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Max Keiser: central banks had the "wrong model", no countercyclical effect

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Helsworth
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Max Keiser: central banks had the "wrong model", no countercyclical effect



­In this episode, Max Keiser and Stacy Herbert look at the the central bank revolution that will end in disaster with Japan leading the way after voters have demanded even more aggression with the nation’s monetary policy. They also look at Moody's ratings getting no respect because nobody has done better than flipping a coin for 50 years in a slow burning prison. In the second half, Max Keiser talks to Peter Schiff about bonds, dollars and governments buying their own debt.

Japan is about to enter the global bond market. Till now, the japanese government had financed its debt by domestic investors. There's too much cheap money out there, that goes into the pockets of the corrupt transcotinental banking system. To quote a quote from the last episode of the Keiser report, keynsian spending works when you have a surplus. You can't spend your way out of the deficit while not correcting that balance. Obviously, physical production is what backs the currency. Money has no intrinsic value. The physical economy should dictate the value of the currency, not the other way around. I've been following some of these MMTers, and from what I saw, they're just concerned with imposing their graphs upon the former graphs of bullshit theories. I see the same generalizations when they use the term "spend" and "spending". And when they say that they're more concerned about economic policies instead of politics... well, need I say how naive that is? You cannot have one without the other. Politics is inseparable from economics and vice-versa. You can't apply ideal economic policy if you upset the geostrategic and monetarist empire. And there are so many factions to take into account while looking at the world stage. So I say, we don't need more printed money, we don't need too big to fail banks, we don't even need a central bank. Use bills of exchange and checks in order to bring the capital goods together on the land, together with labor and give it fire (energy). That's all it is. Food, roads, and soldiers can fight off inflation - and that's a posteriori verified. Deficits should be separated from bureaucracy costs and public investments. An investment you make it once, and it no longer appears in the deficit, but in the overal debt. It's possible to acquire a debt of 1000% of GDP at 0 deficit, or near 0 deficit. Kick off in one year all those necessary projects in agriculture, industry, energy, infrastructure, and manufacturing; then let the people work/let them produce.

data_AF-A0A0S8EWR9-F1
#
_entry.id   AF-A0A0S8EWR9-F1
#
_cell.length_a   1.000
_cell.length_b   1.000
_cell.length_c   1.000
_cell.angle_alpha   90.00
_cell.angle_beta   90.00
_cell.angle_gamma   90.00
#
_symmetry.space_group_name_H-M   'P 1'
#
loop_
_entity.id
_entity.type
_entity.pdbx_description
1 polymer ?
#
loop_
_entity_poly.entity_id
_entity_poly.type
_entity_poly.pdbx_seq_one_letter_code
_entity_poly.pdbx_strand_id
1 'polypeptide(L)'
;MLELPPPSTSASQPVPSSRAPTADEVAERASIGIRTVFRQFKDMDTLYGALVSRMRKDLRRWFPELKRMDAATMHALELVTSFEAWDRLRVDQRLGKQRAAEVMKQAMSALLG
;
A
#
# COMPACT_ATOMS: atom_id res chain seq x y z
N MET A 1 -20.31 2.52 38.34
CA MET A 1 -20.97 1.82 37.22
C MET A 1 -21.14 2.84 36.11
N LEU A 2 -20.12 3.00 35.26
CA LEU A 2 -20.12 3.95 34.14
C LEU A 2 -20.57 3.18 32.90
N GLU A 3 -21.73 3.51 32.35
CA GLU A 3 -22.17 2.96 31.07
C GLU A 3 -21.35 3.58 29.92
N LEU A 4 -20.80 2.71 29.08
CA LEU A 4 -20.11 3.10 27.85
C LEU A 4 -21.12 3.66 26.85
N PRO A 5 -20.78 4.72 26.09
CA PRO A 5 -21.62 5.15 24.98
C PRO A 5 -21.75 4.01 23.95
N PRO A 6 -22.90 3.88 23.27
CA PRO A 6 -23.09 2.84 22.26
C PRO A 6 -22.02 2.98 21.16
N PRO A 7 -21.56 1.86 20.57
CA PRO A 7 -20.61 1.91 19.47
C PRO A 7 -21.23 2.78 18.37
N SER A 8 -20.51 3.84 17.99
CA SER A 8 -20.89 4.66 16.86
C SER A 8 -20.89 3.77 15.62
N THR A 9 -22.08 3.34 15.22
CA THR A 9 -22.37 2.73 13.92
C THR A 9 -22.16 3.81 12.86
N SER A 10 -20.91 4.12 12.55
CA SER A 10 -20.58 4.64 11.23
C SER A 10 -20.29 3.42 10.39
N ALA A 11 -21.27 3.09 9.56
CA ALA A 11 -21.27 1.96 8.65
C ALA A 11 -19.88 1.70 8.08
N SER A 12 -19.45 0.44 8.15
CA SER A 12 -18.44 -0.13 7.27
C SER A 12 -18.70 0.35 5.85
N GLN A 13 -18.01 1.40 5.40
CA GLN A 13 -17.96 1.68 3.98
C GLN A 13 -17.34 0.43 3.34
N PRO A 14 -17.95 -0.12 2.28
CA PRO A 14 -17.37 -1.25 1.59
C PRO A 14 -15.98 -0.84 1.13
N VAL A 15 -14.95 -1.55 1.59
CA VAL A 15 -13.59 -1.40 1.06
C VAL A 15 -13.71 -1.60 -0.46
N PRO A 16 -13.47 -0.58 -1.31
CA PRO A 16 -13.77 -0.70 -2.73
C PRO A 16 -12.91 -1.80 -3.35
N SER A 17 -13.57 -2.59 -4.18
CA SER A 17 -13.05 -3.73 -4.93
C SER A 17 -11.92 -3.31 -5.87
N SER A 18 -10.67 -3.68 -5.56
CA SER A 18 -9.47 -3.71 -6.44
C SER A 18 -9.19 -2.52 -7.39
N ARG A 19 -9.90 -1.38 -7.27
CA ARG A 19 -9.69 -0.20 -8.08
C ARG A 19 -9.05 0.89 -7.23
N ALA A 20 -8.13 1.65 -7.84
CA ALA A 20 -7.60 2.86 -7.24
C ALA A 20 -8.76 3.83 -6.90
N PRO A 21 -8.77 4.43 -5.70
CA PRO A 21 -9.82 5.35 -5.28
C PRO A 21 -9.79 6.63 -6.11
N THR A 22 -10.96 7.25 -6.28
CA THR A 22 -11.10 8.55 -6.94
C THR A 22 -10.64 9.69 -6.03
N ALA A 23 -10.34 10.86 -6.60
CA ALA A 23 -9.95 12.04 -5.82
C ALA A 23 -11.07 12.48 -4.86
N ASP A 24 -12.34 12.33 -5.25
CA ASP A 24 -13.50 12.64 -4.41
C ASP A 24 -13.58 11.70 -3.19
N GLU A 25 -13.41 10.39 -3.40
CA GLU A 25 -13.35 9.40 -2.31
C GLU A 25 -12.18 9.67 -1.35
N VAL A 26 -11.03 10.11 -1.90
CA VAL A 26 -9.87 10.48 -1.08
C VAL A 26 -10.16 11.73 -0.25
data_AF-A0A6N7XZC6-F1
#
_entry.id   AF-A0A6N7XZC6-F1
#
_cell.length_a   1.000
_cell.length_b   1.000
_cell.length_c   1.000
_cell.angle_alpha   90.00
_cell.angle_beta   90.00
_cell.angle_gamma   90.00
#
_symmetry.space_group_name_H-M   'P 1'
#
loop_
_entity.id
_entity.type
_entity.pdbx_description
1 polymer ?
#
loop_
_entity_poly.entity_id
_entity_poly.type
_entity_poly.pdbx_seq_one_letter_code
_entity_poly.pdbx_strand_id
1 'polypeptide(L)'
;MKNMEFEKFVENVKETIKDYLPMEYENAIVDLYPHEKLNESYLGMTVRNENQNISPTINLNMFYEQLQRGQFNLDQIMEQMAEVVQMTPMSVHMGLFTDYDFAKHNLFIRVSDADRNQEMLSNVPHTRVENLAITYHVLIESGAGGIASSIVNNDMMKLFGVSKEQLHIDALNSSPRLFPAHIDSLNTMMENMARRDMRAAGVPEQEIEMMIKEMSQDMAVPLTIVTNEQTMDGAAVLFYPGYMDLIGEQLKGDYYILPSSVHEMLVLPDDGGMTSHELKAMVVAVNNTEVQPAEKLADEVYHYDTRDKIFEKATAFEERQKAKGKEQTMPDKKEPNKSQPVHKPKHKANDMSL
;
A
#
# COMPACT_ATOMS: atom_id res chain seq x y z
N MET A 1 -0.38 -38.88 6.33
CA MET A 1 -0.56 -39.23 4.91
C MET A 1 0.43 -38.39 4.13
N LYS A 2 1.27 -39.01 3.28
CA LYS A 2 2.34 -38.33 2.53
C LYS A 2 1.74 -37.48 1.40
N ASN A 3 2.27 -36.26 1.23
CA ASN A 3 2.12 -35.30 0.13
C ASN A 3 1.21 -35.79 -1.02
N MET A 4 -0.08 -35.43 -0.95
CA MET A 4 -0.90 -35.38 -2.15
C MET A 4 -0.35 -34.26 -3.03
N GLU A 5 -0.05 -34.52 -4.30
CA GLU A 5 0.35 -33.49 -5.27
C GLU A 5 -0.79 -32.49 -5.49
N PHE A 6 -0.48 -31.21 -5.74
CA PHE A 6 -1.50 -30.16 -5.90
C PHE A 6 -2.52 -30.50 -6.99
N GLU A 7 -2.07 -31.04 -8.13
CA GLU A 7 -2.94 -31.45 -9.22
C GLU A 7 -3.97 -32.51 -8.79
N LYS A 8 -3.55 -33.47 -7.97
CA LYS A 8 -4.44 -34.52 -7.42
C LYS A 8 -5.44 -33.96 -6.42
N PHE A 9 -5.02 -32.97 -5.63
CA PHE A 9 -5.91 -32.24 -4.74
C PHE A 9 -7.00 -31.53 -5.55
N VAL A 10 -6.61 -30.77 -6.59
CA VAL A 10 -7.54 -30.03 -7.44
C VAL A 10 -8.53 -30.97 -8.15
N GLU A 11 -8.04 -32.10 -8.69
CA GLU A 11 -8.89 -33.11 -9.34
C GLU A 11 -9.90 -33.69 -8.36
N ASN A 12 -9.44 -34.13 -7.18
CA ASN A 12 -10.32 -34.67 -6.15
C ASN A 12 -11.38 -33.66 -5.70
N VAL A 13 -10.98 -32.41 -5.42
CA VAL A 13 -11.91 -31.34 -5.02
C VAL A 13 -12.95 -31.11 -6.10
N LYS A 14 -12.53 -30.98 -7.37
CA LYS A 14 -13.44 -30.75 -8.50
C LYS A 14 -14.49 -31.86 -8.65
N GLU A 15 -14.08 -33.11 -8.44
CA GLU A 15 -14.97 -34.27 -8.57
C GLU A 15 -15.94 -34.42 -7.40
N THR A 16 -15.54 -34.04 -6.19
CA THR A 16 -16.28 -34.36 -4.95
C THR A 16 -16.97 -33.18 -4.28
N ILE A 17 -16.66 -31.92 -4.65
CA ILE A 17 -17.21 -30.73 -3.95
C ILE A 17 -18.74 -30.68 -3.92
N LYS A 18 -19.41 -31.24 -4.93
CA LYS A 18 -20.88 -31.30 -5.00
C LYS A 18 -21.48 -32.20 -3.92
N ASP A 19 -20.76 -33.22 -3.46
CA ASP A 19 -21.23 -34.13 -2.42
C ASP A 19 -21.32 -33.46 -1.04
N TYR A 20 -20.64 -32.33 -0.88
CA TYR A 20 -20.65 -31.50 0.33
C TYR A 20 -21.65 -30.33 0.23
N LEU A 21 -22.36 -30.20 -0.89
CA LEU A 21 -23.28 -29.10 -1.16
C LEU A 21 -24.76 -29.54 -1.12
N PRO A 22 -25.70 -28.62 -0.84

Ergo, until I see popular economists - regardless of school of thought - attacking banks, governments, central banks, corruption, imperialism/wars, derivatives and legislation, I won't take them seriously. Physical development is anti-inflationary! As time moves on, us humans are using up the more dense resource deposits, and sooner we're going to have to exploit deposits which are less dense in resources, and that's going to be commercially unviable without utilizing high energy flux density source of power. Think of the scalar, called flux, applied perpendicularly on a unit of area in a unit of time. Think of the energy that you need to apply to the rock, in order to get from it the scarce resource, the less dense resource. You need to increase productivity, else physical inflation will eat your ass. Compared to the dinosaurs, mammals are a hell of a lot more productive and efficient. The biogenic migration of atoms is a marvelous thing, and there's something immaterial and uber powerful spawned from that - i.e. the human creative reason, the world of ideas. However, those ideas can get us in the gutter and keep us there, as much as uplifting us. Right now, in my opinion, the trend is downward.


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This post was last modified: 22.12.2012 22:41 by Helsworth.

22.12.2012 22:29
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Rising Phoenix
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RE: Max Keiser: central banks had the "wrong model", no countercyclical effect

There are some people whose inertia regarding the status quo prevents them from even considering that change might be beneficial even to them. Unfortunately for us, those people hold vast financial institutions.

23.12.2012 16:22
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